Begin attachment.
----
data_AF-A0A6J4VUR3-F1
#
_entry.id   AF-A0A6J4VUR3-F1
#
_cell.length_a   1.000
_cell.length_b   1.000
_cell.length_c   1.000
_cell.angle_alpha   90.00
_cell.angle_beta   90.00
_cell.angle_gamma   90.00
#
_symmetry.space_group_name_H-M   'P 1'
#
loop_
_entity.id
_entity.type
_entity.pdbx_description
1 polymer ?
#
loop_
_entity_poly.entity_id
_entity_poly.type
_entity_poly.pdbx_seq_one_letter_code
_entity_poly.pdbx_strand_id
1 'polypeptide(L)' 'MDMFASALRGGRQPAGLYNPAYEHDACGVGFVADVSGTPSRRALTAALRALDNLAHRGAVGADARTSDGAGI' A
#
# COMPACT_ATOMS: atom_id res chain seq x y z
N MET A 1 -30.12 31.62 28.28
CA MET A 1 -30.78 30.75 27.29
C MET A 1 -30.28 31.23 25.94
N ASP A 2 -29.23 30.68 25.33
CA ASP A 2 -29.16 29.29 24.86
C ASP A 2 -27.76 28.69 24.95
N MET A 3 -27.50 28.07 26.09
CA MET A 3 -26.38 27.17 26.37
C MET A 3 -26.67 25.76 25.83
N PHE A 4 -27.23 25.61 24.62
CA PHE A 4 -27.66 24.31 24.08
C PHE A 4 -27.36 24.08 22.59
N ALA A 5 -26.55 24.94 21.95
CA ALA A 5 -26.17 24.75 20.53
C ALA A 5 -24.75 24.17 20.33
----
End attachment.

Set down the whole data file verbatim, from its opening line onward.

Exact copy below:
data_AF-A0A6J4VUR3-F1
#
_entry.id   AF-A0A6J4VUR3-F1
#
_cell.length_a   1.000
_cell.length_b   1.000
_cell.length_c   1.000
_cell.angle_alpha   90.00
_cell.angle_beta   90.00
_cell.angle_gamma   90.00
#
_symmetry.space_group_name_H-M   'P 1'
#
loop_
_entity.id
_entity.type
_entity.pdbx_description
1 polymer ?
#
loop_
_entity_poly.entity_id
_entity_poly.type
_entity_poly.pdbx_seq_one_letter_code
_entity_poly.pdbx_strand_id
1 'polypeptide(L)' 'MDMFASALRGGRQPAGLYNPAYEHDACGVGFVADVSGTPSRRALTAALRALDNLAHRGAVGADARTSDGAGI' A
#
# COMPACT_ATOMS: atom_id res chain seq x y z
N MET A 1 -30.12 31.62 28.28
CA MET A 1 -30.78 30.75 27.29
C MET A 1 -30.28 31.23 25.94
N ASP A 2 -29.23 30.68 25.33
CA ASP A 2 -29.16 29.29 24.86
C ASP A 2 -27.76 28.69 24.95
N MET A 3 -27.50 28.07 26.09
CA MET A 3 -26.38 27.17 26.37
C MET A 3 -26.67 25.76 25.83
N PHE A 4 -27.23 25.61 24.62
CA PHE A 4 -27.66 24.31 24.08
C PHE A 4 -27.36 24.08 22.59
N ALA A 5 -26.55 24.94 21.95
CA ALA A 5 -26.17 24.75 20.53
C ALA A 5 -24.75 24.17 20.33